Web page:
The Aeta previously sold their surplus organic produce to the lowland communities but in modern Philippine society, the worst forms of liberal capitalism dominates the economic life of the people and the indigenous people are exploited, bringing shame on the whole Philippines.

Now, international mining companies and investors are aggressively destroying the lands all over again. The remaining forests are under attack and the ingenious people like the Lumads are being driven from their lands under the pretext of being declared rebels and subversives when in fact they are defending their ancestral lands from mining companies.

The multinationals can ride their bulldozers over the people’s ancestral lands with the backing of local corrupt politicians and family-owned Philippine mining companies and the military. All are conspiring and working against the indigenous people. So the cheating of Susana and her village farmers is nothing new, just another injustice and dirty trading practice of the exploitative monopoly present in the local and national marketplace. It became so bad that the Aeta people left the mangoes on the tree or ground as worthless. It was a terrible loss.

That’s where the Preda Fair Trade now helps most. The Preda Fair Trade project buys the mangoes of all sizes and shape and color without separation and segregation but by the kilo and pays a whopping 200 percent higher than the local traders. Now every piece of mango fruit is valuable and is enthusiastically harvested and brought to a collection point where a Preda vehicle picks it and delivers the mangoes to the processing plant three hours drive away.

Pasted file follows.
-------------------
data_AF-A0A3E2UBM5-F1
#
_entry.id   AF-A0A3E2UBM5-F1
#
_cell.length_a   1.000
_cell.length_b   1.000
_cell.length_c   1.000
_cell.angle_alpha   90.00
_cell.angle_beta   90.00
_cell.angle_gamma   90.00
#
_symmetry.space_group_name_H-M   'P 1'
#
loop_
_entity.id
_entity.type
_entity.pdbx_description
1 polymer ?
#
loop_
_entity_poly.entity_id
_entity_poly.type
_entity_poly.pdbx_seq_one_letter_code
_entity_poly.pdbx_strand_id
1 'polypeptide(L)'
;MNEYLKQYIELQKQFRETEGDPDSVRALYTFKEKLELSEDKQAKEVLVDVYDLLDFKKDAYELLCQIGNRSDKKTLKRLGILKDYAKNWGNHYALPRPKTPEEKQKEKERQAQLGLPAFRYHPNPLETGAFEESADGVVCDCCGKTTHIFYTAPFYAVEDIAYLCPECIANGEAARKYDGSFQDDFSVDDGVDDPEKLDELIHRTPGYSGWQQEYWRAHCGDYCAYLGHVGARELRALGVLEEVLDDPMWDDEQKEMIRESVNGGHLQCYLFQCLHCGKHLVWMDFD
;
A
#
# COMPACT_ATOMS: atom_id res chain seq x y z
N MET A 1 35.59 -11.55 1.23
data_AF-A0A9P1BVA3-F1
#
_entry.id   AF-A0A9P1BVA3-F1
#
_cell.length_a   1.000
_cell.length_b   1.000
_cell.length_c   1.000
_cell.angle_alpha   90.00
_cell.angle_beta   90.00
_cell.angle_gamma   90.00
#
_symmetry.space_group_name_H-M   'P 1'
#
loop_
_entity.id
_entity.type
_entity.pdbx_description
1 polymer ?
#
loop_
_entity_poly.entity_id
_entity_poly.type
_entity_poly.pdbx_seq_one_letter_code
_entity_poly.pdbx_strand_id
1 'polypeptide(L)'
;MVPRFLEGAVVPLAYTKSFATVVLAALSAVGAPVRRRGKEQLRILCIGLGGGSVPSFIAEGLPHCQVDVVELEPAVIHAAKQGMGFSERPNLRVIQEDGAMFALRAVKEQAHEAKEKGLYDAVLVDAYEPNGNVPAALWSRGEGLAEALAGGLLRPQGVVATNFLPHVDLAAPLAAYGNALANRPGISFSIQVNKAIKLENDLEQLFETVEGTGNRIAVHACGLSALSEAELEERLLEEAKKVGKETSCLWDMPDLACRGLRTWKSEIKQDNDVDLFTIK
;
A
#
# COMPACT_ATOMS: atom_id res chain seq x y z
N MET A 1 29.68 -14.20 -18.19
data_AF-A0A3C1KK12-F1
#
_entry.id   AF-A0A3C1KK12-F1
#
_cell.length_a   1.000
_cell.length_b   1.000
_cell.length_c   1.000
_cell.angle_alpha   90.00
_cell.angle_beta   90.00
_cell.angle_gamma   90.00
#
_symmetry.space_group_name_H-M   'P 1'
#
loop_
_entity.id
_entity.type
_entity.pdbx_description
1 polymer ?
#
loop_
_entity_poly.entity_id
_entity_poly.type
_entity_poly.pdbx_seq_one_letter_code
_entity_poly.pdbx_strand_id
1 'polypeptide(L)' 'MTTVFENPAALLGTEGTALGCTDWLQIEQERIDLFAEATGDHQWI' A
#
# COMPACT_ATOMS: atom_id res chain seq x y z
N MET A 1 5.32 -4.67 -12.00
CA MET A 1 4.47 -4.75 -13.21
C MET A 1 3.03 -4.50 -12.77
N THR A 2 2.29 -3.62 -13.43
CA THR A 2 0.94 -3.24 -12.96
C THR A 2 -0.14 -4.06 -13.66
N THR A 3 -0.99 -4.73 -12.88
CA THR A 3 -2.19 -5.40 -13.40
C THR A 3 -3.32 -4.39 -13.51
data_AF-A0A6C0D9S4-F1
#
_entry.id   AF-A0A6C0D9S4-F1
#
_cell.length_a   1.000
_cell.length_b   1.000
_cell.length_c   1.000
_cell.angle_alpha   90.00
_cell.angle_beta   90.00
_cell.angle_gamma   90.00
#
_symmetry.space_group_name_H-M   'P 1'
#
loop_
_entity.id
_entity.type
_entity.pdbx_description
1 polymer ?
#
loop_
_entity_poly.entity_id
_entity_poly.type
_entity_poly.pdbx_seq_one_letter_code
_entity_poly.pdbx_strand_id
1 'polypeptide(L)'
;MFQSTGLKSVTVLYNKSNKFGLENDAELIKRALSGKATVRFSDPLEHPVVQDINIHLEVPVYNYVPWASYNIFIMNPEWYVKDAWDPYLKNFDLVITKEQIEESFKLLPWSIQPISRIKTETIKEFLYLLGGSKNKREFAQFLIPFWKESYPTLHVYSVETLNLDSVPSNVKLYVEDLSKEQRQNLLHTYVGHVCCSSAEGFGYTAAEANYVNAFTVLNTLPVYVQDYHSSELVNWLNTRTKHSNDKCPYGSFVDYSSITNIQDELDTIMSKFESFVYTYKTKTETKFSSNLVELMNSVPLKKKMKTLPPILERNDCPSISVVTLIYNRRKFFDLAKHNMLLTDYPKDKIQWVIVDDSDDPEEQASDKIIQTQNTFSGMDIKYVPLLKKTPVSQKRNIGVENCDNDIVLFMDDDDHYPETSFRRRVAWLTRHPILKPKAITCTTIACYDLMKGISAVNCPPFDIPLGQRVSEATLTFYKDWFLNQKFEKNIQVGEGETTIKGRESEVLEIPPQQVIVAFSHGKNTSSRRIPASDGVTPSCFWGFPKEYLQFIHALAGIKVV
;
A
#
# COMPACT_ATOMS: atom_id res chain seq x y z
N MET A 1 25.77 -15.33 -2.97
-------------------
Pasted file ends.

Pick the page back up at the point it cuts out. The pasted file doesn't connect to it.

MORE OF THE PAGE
The indigenous Aeta have reached the international organic standards of the European Union and have just been awarded organic certification for mangoes. This is one of the highest and most strict standards in the world. Their achievement is the first in the Philippines. No other community has achieved that standard and certification. Indeed it is a proud achievement and possible because of the non-chemical and natural practices of the Aeta in caring for their ancestral lands and agricultural practices. The training by the Preda organic team helped make it possible. Besides, other development projects were achieved also such as village water sources development and distribution of educational supplies.

There is no end to the demand for the Aeta organic mango puree in the European market place. Orders are increasing from the likes of Fair Trade Dritte Welt Partner (DWP) from Ravensburg, South Germany. DWP makes the superb Fair Trade organic products out of the mango puree and distributes them to the World Shops. The practice of Fair Trade and organic production is spreading in the Philippines as more Aeta communities join the Preda Fair Trade Aeta Farmers Association.

It is an important success story for Fair Trade as many more indigenous communities could be helped develop their natural resources and agricultural products and better their lives and that of the whole community.

Leave a Reply

Fill in your details below or click an icon to log in: Logo

You are commenting using your account. Log Out /  Change )

Twitter picture

You are commenting using your Twitter account. Log Out /  Change )

Facebook photo

You are commenting using your Facebook account. Log Out /  Change )

Connecting to %s